As with most wildlife species, vilifying small mammals ignores their important role in our ecosystems and their fascinating and unique life histories and adaptations. For instance, our VT small mammals include a species that weighs less than a dime, another that runs on water, and another that is among the world’s only venomous mammals!

Small mammals are incredibly good at reproducing and commonly give birth to 50+ young per year. Meadow voles are among the most fecund and are potentially capable of producing 17 litters or 187 offspring over 1 year, and over 500 during a maximum lifetime of 2.7 years.

So why aren’t we overrun with these rodents? Because they are a food source for most of the carnivores and omnivores living in our fields and forests. Without this food base our wildlife pyramid might collapse. Small mammals also serve many other ecological services, including seed and fungal spore dispersal, soil aeration, constructing tunnels used by other wildlife, and controlling invertebrate populations.

Small mammals also account for much of our mammal diversity and biomass, yet we have much to learn about them. Of Vermont’s 35 small mammal species, 13 (37%) are considered of highest conservation priority by the Vermont Comprehensive Wildlife Conservation Strategy (CWCS 2005), mainly because of a lack of understanding about their distribution and population trends.

VT Small Mammals: What can I do?

  • Learn more about small mammals and their place in our ecosystems

  • Learn to ID the common species around your home and signs of their presence

  • Practice humane and, when possible, non-lethal control methods

  • Keep your cat inside (also helps birds)

  • Consider landscaping and forest management for small mammal habitats (plant species diversity, coarse woody material & a combination of field and forest)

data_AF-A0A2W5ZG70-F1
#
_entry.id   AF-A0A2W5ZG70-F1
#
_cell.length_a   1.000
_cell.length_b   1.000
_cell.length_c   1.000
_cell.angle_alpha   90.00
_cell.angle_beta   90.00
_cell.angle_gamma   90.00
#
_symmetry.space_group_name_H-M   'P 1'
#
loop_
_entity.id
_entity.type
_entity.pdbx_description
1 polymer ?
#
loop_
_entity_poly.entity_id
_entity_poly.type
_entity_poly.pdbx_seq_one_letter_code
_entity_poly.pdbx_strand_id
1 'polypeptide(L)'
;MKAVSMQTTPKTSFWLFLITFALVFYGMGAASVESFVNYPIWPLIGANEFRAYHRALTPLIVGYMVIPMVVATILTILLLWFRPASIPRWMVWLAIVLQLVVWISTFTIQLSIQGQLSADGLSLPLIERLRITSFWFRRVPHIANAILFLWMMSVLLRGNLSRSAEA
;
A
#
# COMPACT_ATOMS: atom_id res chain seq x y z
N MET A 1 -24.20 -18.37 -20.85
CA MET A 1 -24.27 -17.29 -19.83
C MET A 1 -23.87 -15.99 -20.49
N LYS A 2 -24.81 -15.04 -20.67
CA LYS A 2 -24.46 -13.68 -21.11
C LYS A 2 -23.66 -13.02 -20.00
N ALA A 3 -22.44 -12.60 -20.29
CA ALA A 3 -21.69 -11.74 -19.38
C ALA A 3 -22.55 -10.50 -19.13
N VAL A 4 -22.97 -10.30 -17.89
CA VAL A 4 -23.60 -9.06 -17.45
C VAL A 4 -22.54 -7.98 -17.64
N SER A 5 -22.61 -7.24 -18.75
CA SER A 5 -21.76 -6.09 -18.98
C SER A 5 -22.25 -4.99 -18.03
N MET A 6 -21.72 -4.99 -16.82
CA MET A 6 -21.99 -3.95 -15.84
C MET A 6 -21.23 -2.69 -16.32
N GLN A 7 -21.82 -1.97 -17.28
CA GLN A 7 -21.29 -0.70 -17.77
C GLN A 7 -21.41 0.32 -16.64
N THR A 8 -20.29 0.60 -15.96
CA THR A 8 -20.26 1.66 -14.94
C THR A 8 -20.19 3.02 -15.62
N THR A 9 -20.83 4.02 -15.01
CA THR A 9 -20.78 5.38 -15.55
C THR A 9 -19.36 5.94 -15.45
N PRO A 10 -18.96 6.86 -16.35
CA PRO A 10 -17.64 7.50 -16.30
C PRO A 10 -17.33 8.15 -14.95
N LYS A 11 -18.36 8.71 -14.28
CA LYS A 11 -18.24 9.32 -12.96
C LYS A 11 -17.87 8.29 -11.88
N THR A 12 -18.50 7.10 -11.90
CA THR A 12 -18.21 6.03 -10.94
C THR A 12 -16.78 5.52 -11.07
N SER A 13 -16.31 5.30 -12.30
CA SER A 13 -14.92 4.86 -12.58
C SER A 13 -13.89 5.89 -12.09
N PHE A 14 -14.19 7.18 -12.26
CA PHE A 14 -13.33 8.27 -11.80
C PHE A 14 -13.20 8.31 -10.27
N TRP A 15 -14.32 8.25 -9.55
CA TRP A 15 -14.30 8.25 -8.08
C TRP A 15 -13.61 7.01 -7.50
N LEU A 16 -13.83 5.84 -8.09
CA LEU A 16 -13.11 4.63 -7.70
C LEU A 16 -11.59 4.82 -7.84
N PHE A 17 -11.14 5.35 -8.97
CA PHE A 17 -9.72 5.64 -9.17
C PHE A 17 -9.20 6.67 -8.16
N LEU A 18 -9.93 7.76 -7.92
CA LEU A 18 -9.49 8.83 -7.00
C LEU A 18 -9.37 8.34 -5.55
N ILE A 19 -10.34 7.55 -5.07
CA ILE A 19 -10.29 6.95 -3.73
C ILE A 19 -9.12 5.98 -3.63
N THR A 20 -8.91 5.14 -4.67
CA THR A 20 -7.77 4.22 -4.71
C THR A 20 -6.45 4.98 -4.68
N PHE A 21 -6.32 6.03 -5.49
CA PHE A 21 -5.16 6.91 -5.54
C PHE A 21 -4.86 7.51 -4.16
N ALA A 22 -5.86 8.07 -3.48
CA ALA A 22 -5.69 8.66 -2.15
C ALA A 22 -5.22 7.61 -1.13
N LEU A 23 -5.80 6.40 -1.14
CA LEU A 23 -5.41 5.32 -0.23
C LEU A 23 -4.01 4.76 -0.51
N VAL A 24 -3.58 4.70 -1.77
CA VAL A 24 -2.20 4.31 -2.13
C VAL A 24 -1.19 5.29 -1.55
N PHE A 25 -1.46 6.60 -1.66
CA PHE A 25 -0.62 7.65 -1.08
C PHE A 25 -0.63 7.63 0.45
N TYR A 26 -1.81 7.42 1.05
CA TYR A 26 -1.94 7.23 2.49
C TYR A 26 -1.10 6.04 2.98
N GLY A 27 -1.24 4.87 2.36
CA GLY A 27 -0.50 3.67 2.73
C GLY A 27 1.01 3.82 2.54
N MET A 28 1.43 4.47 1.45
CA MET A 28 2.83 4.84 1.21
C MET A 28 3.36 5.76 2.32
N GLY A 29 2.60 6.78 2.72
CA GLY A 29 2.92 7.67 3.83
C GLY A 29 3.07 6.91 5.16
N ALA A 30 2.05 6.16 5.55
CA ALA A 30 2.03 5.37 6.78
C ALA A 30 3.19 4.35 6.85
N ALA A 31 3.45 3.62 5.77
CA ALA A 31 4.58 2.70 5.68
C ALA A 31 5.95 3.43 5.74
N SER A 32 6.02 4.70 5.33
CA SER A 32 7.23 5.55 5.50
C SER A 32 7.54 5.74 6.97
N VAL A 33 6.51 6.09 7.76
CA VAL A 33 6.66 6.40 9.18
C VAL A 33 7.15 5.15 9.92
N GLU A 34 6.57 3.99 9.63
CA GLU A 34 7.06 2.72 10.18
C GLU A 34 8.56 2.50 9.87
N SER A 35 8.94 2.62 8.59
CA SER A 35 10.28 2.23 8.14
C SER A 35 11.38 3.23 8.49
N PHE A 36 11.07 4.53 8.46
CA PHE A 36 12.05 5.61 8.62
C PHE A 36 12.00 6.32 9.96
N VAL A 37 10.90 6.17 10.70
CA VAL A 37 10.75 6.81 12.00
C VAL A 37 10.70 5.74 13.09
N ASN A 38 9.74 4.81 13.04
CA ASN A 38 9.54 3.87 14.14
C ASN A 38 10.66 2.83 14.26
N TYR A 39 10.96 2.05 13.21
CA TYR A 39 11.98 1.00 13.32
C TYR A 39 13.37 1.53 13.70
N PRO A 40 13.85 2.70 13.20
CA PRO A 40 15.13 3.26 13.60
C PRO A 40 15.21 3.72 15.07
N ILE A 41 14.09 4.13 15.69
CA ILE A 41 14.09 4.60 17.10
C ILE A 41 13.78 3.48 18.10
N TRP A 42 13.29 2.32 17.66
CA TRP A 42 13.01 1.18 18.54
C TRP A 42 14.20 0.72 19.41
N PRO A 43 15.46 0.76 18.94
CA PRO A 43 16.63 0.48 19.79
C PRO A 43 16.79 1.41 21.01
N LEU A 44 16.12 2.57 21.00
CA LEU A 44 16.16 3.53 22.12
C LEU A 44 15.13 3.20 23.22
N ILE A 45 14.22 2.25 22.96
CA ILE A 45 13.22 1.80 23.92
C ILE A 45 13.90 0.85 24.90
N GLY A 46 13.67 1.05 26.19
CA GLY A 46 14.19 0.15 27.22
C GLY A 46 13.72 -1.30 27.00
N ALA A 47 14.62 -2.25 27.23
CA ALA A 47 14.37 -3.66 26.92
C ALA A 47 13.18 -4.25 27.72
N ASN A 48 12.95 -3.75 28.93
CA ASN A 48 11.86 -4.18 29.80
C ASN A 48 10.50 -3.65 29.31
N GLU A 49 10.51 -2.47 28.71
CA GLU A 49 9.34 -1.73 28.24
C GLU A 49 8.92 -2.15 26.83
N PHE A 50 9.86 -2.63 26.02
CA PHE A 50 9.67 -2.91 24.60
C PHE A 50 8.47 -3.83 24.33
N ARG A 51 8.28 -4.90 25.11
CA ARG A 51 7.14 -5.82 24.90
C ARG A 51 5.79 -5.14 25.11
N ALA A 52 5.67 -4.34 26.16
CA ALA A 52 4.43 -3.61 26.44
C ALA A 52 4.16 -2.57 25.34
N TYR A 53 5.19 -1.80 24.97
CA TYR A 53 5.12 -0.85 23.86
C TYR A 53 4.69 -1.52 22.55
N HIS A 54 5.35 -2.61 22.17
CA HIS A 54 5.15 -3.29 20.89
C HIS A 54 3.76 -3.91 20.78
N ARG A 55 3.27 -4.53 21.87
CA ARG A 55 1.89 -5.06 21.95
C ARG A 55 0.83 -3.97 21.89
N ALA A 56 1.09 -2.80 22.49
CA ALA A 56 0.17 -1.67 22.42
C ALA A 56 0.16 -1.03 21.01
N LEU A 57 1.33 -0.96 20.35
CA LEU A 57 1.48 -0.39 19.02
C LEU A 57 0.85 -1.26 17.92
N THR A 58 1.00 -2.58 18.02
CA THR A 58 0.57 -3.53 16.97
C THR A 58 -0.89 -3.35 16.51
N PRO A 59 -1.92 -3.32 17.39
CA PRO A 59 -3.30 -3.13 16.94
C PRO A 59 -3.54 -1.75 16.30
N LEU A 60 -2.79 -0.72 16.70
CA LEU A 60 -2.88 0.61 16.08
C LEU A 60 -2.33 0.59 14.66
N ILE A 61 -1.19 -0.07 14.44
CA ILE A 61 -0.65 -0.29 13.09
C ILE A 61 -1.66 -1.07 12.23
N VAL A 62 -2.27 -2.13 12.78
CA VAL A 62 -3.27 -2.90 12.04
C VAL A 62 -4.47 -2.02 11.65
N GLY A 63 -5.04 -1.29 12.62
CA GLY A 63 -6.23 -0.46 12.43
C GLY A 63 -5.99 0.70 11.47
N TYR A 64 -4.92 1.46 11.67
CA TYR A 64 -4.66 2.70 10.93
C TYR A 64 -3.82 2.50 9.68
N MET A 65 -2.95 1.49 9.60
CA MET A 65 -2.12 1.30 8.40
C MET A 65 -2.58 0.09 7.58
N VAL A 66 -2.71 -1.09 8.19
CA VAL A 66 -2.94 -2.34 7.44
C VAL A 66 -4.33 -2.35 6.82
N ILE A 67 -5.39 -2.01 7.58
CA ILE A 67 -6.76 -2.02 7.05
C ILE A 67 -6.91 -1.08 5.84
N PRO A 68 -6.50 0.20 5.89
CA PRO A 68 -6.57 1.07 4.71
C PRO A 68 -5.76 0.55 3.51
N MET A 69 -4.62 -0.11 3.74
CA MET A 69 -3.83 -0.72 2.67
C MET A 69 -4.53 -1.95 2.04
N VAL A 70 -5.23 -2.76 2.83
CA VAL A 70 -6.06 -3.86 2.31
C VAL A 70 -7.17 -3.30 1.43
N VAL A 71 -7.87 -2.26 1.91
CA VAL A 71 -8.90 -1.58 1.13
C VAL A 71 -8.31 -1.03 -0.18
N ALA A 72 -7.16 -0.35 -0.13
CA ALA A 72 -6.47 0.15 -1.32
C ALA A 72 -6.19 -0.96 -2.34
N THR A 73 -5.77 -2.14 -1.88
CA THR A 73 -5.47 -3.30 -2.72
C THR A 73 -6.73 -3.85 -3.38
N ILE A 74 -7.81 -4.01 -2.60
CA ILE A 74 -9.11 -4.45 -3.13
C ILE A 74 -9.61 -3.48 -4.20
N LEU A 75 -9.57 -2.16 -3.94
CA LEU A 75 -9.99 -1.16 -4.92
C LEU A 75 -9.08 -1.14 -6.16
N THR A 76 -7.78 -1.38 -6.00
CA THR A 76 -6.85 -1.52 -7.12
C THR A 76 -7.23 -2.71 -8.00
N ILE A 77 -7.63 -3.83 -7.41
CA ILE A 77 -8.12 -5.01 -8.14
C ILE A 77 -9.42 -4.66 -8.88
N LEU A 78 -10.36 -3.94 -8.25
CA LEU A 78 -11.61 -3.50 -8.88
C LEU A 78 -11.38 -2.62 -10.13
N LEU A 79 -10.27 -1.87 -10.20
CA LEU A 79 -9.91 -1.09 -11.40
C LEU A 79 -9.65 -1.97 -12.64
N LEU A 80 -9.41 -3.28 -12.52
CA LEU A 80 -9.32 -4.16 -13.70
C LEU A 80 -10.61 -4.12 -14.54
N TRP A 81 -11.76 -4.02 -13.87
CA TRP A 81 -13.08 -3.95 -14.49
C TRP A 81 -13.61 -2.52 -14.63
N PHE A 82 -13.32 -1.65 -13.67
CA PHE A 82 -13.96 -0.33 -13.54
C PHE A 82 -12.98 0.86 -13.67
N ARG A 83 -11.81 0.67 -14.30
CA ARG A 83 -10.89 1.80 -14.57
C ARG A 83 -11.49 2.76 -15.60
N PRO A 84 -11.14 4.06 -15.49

• Support conservation efforts for unique and sensitive habitats and science to better understand and monitor small mammal populations

Small Mammal Atlas: Methods

Small mammals were trapped using Sherman live traps, Museum Special snap traps and pit traps. Snap and pit traps were included to better sample shrews of the genus Sorex, which are often undersampled by other trapping methods, and for locations (like rock outcrop crevices) that can only be effectively sampled with snap traps. Live traps were baited each day with rolled oats and snap traps were baited with peanut butter. Traps were checked early the following morning and the animals captured were identified to species when possible. Animals captured alive that could be identified to species were marked with an ear punch and released at the site of capture. Voucher specimens of representatives of each species captured were prepared and are housed in the Zadock Thompson Natural History Collections of the University of Vermont. Collecting protocols followed the standard methods recommended for small mammals (Wilson et al. 1996; Animal Care and Use Committee 1998). Difficult to identify species were verified using DNA analysis or through examination of skulls (in the case of voucher specimens). Pit traps were not used at survey sites on most state lands, due to permitting limitations.

Each site was surveyed with a minimum of 100 traps for 3 nights for a total of approximately 300 trap nights. Specimens were also salvaged from small mammals captured during herp (amphibian and reptile) survey that employed pit traps and drift fences. These specimens had been frozen in bags with capture locality descriptions. After the specimens were thawed they were identified to genera or species when possible, the sex determined, four basic body measurements taken, and the skull removed and tagged to allow further verification of species identity. Skulls were and continue to be processed using a dermestid beetle colony to remove the flesh.

Once cleaned the skulls are stored in vials and examined under magnification to verify species identity. Specimens were also obtained from several additional sites between 2008 and 2010 from incidental collections by the authors and from specimens provided to the lead author by other biologists. New records were obtained for all counties in Vermont with the exception of Grand Isle.